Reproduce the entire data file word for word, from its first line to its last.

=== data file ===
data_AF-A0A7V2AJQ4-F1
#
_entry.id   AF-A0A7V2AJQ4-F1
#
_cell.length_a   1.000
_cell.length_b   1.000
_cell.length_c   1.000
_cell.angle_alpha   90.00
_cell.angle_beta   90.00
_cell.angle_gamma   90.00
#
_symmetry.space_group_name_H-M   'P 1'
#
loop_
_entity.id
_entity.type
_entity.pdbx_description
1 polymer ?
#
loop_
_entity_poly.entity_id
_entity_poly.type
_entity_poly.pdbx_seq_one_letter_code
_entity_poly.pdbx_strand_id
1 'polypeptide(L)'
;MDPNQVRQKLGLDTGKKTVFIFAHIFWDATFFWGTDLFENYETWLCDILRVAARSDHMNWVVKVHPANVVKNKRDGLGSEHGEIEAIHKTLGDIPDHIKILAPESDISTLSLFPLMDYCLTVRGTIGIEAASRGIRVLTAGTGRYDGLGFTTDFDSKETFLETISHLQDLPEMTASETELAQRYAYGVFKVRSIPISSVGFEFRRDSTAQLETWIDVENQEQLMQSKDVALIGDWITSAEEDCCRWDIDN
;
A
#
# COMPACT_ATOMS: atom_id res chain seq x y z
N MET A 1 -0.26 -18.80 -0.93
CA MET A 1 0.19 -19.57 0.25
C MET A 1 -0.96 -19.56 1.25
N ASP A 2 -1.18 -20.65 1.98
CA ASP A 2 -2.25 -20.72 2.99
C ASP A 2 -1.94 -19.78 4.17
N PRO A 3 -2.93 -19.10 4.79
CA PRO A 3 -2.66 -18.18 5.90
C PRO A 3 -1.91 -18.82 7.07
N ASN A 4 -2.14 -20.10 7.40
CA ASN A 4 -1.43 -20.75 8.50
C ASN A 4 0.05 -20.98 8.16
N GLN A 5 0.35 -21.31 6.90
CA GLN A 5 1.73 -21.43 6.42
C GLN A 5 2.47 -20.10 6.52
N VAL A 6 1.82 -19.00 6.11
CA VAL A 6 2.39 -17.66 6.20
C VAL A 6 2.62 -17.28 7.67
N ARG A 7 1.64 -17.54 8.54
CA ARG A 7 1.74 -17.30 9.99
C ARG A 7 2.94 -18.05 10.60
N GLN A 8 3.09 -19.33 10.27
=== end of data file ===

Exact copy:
data_AF-A0A7V2AJQ4-F1
#
_entry.id   AF-A0A7V2AJQ4-F1
#
_cell.length_a   1.000
_cell.length_b   1.000
_cell.length_c   1.000
_cell.angle_alpha   90.00
_cell.angle_beta   90.00
_cell.angle_gamma   90.00
#
_symmetry.space_group_name_H-M   'P 1'
#
loop_
_entity.id
_entity.type
_entity.pdbx_description
1 polymer ?
#
loop_
_entity_poly.entity_id
_entity_poly.type
_entity_poly.pdbx_seq_one_letter_code
_entity_poly.pdbx_strand_id
1 'polypeptide(L)'
;MDPNQVRQKLGLDTGKKTVFIFAHIFWDATFFWGTDLFENYETWLCDILRVAARSDHMNWVVKVHPANVVKNKRDGLGSEHGEIEAIHKTLGDIPDHIKILAPESDISTLSLFPLMDYCLTVRGTIGIEAASRGIRVLTAGTGRYDGLGFTTDFDSKETFLETISHLQDLPEMTASETELAQRYAYGVFKVRSIPISSVGFEFRRDSTAQLETWIDVENQEQLMQSKDVALIGDWITSAEEDCCRWDIDN
;
A
#
# COMPACT_ATOMS: atom_id res chain seq x y z
N MET A 1 -0.26 -18.80 -0.93
CA MET A 1 0.19 -19.57 0.25
C MET A 1 -0.96 -19.56 1.25
N ASP A 2 -1.18 -20.65 1.98
CA ASP A 2 -2.25 -20.72 2.99
C ASP A 2 -1.94 -19.78 4.17
N PRO A 3 -2.93 -19.10 4.79
CA PRO A 3 -2.66 -18.18 5.90
C PRO A 3 -1.91 -18.82 7.07
N ASN A 4 -2.14 -20.10 7.40
CA ASN A 4 -1.43 -20.75 8.50
C ASN A 4 0.05 -20.98 8.16
N GLN A 5 0.35 -21.31 6.90
CA GLN A 5 1.73 -21.43 6.42
C GLN A 5 2.47 -20.10 6.52
N VAL A 6 1.82 -19.00 6.11
CA VAL A 6 2.39 -17.66 6.20
C VAL A 6 2.62 -17.28 7.67
N ARG A 7 1.64 -17.54 8.54
CA ARG A 7 1.74 -17.30 9.99
C ARG A 7 2.94 -18.05 10.60
N GLN A 8 3.09 -19.33 10.27